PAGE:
Drug abuse and dependence
The National Institute on Drug Abuse defines drug abuse and dependence as the use of a legal or an illegal drug that causes physical, mental, emotional, or social harm. Examples of abused drugs include narcotics, stimulants, depressants, anxiolytics, and hallucinogens.
Teaching Checklist: Setting goals for children with Down syndrome
If your patient is a child with Down syndrome, review the following strategies with his parents:
Set well-defined expectations that are measurable and predictable.
Divide the expected tasks of the child into smaller steps, identifying those that may be more difficult.
Repetition is key to beginning teaching for the child.
Be persistent and patient; recognize the child’s achievements in small areas.
A positive approach with praise and enthusiasm works well.
Give the child sufficient time to respond.
Cues and prompts are helpful as well as physically helping the child initiate an activity.
Chronic drug abuse, especially I.V. use, can lead to life-threatening complications, such as cardiac and respiratory arrest, intracranial hemorrhage, acquired immunodeficiency syndrome, tetanus, subacute infective endocarditis, hepatitis, vasculitis, septicemia, thrombophlebitis, pulmonary emboli, gangrene, malnutrition and GI disturbances, respiratory infections, musculoskeletal dysfunction, trauma, depression, increased risk of suicide, and psychosis. Materials used to “cut” street drugs can also cause toxic or allergic reactions.
Drug abuse can occur at any age. Experimentation with drugs commonly begins in adolescence or even earlier. Drug abuse commonly leads to addiction, which may involve physical or psychological dependence or both. The most dangerous form of abuse occurs when users mix several drugs simultaneously—including alcohol.
Drug abuse commonly results from a combination of low self-esteem, peer pressure, inadequate coping skills, and curiosity. There is also evidence of familial patterns of addiction.
Most people who are predisposed to drug abuse have few mental or emotional resources against stress, an overdependence on others, and a low tolerance for frustration. Taking the drug gives them pleasure by relieving tension, abolishing loneliness, allowing them to achieve a temporarily peaceful or euphoric state, or simply relieving boredom.
Drug dependence may follow experimentation with drugs in response to peer pressure. It may also follow the use of drugs to relieve physical pain, but this is uncommon.
Signs and symptoms
Indications of acute intoxication vary, depending on the drug.
The drug user seldom seeks treatment specifically for his drug problem. Instead, he may seek emergency treatment for drug-related injuries or complications.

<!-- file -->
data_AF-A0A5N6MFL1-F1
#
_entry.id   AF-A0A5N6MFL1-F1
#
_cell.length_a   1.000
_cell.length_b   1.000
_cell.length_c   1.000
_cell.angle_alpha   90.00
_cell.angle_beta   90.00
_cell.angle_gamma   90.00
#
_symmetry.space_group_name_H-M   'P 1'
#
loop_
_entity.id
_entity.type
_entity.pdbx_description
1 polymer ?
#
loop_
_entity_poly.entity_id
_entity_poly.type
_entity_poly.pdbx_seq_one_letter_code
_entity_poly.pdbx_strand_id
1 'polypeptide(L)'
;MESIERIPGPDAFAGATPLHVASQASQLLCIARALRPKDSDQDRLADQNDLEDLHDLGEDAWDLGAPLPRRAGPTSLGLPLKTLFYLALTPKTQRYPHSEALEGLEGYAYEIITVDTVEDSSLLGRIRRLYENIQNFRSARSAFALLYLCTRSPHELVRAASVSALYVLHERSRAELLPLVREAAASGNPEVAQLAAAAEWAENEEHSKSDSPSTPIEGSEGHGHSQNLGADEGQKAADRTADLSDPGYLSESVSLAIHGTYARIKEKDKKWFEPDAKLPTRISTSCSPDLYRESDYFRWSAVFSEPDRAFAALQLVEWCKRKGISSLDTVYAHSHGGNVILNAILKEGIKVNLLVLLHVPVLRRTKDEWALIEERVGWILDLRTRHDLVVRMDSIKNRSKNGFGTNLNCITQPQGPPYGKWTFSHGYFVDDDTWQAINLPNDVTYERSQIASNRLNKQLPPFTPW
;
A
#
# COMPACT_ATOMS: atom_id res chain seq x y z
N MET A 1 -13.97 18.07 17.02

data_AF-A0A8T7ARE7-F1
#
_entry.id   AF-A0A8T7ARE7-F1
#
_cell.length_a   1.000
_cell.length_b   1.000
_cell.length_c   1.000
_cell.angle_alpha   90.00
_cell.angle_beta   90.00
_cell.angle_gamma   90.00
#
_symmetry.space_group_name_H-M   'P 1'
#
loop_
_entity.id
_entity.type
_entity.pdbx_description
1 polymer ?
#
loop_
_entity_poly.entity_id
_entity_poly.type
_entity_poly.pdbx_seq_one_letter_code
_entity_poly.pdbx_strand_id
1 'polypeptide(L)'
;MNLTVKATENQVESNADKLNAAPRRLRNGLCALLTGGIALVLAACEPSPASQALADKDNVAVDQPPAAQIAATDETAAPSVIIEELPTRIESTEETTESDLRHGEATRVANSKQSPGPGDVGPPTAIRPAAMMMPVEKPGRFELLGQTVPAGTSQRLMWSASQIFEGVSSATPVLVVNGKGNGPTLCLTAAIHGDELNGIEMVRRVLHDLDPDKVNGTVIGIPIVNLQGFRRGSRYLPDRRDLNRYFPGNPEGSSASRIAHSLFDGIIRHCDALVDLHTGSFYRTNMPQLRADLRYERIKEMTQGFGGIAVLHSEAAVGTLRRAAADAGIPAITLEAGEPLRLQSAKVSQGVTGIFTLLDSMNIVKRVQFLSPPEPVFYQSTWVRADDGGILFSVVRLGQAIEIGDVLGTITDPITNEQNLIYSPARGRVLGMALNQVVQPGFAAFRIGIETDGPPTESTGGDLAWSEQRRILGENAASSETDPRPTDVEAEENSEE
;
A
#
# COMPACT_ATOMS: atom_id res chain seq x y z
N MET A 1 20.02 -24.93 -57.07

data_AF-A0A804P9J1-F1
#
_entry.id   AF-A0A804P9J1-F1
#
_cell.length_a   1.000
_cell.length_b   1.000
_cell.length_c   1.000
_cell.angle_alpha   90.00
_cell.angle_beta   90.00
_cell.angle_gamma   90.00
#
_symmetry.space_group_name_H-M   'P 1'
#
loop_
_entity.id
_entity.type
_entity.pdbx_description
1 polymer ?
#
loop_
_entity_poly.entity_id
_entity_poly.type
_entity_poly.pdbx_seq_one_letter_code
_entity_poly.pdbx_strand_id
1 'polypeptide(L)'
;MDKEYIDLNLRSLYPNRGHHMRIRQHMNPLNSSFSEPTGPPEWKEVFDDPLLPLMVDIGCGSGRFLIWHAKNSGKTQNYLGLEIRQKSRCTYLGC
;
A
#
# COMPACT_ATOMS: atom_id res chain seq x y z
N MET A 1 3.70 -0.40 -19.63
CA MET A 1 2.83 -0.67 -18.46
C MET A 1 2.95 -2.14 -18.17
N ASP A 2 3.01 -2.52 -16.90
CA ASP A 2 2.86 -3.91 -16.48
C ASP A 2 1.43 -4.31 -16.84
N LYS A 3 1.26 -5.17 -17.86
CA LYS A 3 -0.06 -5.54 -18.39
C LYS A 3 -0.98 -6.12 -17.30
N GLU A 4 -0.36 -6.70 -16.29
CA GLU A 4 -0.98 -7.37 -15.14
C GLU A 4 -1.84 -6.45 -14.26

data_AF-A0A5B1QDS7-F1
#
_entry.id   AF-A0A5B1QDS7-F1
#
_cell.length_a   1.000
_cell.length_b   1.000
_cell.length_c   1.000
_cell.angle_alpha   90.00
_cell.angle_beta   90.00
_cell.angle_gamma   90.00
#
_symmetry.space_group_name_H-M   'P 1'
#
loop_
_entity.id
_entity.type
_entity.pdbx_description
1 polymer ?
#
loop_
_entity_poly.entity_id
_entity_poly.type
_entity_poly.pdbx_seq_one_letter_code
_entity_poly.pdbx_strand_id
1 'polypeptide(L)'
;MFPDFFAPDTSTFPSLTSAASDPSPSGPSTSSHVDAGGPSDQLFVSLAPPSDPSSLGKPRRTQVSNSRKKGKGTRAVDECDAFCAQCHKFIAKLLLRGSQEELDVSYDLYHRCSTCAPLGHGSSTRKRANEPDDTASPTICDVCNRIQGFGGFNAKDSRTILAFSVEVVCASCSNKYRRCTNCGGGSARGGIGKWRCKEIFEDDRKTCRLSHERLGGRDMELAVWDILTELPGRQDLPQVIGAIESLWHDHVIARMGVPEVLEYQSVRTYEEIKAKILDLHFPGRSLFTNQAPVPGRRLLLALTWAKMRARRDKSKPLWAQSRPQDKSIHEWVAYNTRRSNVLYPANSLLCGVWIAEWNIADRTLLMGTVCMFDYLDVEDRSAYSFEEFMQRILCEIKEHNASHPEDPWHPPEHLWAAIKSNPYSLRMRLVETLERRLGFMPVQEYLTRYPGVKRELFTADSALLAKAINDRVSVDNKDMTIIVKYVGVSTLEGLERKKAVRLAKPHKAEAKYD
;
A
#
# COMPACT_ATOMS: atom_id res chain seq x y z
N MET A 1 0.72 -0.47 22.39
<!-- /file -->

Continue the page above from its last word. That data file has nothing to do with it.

Friends, family members, or law enforcement officials may bring the patient to the hospital because of respiratory depression, unconsciousness, acute injury, or a psychiatric crisis.
Examine the patient for signs and symptoms of drug use or drug-related complications as well as for clues to the type of drug ingested. For example, fever can result from stimulant or hallucinogen intoxication, from withdrawal, or from infection from I.V. drug use.
Inspect the eyes for lacrimation from opioid withdrawal, nystagmus from central nervous system (CNS) depressants or phencyclidine intoxication, and drooping eyelids from opioid or CNS depressant use. Constricted pupils occur with opioid use or withdrawal; dilated pupils, with the use of hallucinogens or amphetamines.
Examine the nose for rhinorrhea from opioid withdrawal and the oral and nasal mucosa for signs of drug-induced irritation. Drug sniffing can result in inflammation, atrophy, or perforation of the nasal mucosa. Dental conditions commonly result from the poor oral hygiene associated with chronic drug use. Also inspect under the tongue for evidence of I.V. drug injection.
Inspect the skin. Sweating, a common sign of intoxication with opioids or CNS stimulants, also accompanies most drug withdrawal syndromes. Drug use sometimes induces a sensation of bugs crawling on the skin, known as formication; as a result, the patient’s skin may be excoriated from scratching.
Needle marks or tracks are an obvious sign of I.V. drug abuse. Keep in mind that the patient may attempt to conceal or disguise injection sites with tattoos or by selecting an inconspicuous site, such as under the nails.
In addition, self-injection can sometimes cause cellulitis or abscesses, especially in patients who also are chronic alcoholics. Puffy hands can be a late sign of thrombophlebitis or of fascial infection from self-injection on the hands or arms.
Auscultation may disclose bilateral crackles and rhonchi caused by smoking and inhaling drugs or by opioid overdose. Other cardiopulmonary signs of overdose include pulmonary edema, respiratory depression, aspiration pneumonia, and hypotension.
CNS stimulants and some hallucinogens may precipitate refractory acute-onset hypertension or cardiac arrhythmias. Withdrawal from opioids or CNS depressants can also provoke arrhythmias and, occasionally, hypotension.
During opioid withdrawal, the patient may report abdominal pain, nausea, or vomiting. Opioid abusers also commonly complain of hemorrhoids, a consequence of the constipating effects of these drugs. Palpation of an enlarged liver, with or without tenderness, may indicate hepatitis.